A Few Threads of Texture and Form: Nasreen Mohamedi’s Abstract Art

Few of us can find meaning in line and shade, in structure and form. Nasreen Mohamedi, however, distilled her entire life’s meaning and creativity into wonderfully abstract line-based drawings.

Nasreen Mohamedi (1937—1990), recognized today as one of the important modern artists of the 20th century, lived her life in productive solitude and anonymity. Born in Karachi, her life and interests took her to cities such as Bahrain, Mumbai, Delhi, London, Paris, and finally to Baroda in 1972, where she taught Fine Art at Majaraja Sayajirao University, and would continue teaching until her death in 1990.

Untitled, 1969, Anil Rane

Mohamedi experimented with various mediums such as sketches, watercolours, oil, graphite and even photography. However, her preferred medium was pencil and paper.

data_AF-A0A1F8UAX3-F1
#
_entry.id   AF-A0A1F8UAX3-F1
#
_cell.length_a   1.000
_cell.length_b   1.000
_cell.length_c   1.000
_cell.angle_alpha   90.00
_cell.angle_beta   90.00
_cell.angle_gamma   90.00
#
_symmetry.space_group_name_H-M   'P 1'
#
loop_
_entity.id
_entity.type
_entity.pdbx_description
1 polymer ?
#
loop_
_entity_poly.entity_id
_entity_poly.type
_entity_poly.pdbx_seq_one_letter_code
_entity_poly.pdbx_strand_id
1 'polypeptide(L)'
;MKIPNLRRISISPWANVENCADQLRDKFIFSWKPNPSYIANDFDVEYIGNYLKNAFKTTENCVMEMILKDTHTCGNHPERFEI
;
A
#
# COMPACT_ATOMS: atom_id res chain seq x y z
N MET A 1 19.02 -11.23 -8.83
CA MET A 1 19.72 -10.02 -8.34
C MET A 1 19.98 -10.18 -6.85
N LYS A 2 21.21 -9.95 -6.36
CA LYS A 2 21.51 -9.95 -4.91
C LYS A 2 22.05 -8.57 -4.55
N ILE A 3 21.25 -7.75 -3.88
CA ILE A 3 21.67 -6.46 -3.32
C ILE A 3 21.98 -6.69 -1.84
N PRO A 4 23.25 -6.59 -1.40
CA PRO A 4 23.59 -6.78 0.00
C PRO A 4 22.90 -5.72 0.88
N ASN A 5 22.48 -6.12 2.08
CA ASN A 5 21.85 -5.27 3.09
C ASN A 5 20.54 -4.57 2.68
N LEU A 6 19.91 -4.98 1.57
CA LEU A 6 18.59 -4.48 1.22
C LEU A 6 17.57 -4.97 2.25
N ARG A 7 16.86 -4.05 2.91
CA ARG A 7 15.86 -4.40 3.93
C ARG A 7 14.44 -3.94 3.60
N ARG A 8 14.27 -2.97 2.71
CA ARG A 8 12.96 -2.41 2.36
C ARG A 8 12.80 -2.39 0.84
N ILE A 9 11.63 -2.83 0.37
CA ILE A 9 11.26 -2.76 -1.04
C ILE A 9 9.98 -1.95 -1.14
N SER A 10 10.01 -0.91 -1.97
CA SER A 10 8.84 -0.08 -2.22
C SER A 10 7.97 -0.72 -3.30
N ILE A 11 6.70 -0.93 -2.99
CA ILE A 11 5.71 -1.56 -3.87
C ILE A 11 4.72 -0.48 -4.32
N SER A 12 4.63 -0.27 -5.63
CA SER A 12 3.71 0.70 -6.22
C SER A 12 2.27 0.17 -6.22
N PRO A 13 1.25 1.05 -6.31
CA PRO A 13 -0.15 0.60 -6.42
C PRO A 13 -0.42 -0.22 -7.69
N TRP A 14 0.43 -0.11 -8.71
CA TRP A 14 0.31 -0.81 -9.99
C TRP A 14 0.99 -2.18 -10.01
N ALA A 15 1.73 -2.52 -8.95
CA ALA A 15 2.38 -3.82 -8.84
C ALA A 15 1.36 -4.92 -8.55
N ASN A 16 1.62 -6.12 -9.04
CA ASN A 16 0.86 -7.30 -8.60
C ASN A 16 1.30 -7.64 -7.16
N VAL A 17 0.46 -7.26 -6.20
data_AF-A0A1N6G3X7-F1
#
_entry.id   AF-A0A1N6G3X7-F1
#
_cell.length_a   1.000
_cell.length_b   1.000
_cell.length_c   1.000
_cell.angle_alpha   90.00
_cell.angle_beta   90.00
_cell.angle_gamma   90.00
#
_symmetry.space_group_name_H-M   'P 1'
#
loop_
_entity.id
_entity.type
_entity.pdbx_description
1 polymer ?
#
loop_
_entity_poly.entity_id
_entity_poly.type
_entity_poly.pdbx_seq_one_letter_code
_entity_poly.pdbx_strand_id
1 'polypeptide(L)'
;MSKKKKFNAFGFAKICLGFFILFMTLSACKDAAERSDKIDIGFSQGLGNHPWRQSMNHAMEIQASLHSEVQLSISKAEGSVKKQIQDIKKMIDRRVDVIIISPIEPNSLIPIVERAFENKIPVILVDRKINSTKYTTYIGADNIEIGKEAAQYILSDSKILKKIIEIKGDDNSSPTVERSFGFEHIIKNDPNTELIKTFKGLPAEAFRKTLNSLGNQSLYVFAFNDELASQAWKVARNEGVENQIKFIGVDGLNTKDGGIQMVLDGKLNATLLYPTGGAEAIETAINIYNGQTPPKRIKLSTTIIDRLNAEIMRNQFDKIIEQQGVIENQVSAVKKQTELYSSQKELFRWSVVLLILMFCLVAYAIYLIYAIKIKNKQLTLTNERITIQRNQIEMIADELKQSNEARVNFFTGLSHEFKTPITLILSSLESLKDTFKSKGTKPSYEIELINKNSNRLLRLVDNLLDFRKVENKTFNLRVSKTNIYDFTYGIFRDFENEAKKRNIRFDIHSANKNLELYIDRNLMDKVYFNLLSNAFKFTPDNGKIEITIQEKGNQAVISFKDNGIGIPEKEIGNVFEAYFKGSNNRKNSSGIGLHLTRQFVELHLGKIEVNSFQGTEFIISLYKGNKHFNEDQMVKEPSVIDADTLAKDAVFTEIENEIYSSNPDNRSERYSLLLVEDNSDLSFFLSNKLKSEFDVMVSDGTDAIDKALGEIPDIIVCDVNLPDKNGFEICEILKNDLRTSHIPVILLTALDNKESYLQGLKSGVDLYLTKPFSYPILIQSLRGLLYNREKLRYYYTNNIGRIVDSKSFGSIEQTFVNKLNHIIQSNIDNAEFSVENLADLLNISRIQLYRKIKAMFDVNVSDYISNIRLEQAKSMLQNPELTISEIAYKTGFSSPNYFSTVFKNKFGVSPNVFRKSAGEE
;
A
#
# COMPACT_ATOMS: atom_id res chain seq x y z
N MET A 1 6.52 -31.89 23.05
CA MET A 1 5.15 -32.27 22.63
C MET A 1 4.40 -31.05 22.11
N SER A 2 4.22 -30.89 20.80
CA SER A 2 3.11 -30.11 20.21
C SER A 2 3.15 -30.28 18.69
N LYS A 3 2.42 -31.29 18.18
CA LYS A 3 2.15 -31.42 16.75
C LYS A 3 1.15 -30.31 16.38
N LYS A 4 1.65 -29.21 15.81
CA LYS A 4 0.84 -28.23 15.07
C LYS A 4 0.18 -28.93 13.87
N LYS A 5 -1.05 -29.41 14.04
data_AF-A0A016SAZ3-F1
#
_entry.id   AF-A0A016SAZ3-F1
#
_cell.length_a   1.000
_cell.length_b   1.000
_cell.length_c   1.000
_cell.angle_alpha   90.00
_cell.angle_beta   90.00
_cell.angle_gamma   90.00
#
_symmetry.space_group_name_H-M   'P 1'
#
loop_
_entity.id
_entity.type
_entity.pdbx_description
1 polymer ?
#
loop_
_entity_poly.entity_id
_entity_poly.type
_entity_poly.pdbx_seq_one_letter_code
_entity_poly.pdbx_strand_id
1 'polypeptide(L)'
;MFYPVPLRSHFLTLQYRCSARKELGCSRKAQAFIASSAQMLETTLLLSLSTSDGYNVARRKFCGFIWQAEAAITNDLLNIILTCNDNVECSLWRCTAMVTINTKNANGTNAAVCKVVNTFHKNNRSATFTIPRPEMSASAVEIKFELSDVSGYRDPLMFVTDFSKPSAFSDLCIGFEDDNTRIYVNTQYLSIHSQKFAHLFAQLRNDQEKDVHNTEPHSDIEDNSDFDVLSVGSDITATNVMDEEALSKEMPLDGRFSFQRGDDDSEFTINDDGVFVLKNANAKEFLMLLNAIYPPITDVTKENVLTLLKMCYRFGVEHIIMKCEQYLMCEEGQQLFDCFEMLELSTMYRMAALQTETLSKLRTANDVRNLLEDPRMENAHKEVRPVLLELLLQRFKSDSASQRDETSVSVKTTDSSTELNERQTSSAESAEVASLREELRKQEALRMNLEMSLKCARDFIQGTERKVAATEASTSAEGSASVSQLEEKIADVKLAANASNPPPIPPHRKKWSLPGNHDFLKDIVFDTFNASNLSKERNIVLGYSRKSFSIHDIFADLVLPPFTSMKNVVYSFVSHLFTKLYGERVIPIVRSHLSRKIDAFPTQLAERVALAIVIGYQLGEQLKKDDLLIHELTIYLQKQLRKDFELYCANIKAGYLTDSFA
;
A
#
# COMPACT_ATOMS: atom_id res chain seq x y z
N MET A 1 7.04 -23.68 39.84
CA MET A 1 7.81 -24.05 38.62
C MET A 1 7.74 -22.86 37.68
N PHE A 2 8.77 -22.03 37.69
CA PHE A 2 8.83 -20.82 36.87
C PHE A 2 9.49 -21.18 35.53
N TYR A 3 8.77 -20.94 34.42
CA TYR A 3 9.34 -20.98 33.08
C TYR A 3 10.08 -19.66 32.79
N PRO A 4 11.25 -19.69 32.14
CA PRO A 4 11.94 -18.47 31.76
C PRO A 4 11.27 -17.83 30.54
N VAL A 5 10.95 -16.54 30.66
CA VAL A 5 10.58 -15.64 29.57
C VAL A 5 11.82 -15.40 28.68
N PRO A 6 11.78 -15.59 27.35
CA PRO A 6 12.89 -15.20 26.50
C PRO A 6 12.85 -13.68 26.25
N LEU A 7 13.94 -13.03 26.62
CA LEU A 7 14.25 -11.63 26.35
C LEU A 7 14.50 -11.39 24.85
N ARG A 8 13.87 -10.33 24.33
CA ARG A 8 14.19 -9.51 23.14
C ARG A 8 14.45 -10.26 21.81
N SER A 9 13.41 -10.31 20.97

Untitled, 1970, The Met Museum

It is difficult to categorize Mohamedi’s work as most of her creations are left untitled and undated. Her drawings betray a disciplined effort to capture silence, movement, balance and a delicate emotional intensity. Her lines are always deliberate, operating within structures that appear to float at impossible angles.

Untitled, The Met Museum



Her own journal entries, such as the one below, can perhaps offer more insight into her mind and creative process.


“In the midst of these arid silences one picks up a few threads of texture and form…One can be absolutely silent and share the dancing rhythms. The same rhythms we see through despair. One only has to recognize it. Waiting one learns to watch its weight – the strong aridity of the desert. It makes on detached in a tiny way in a clear and vital way. Waiting is part of intense living.”


Leave a Reply

Your email address will not be published. Required fields are marked *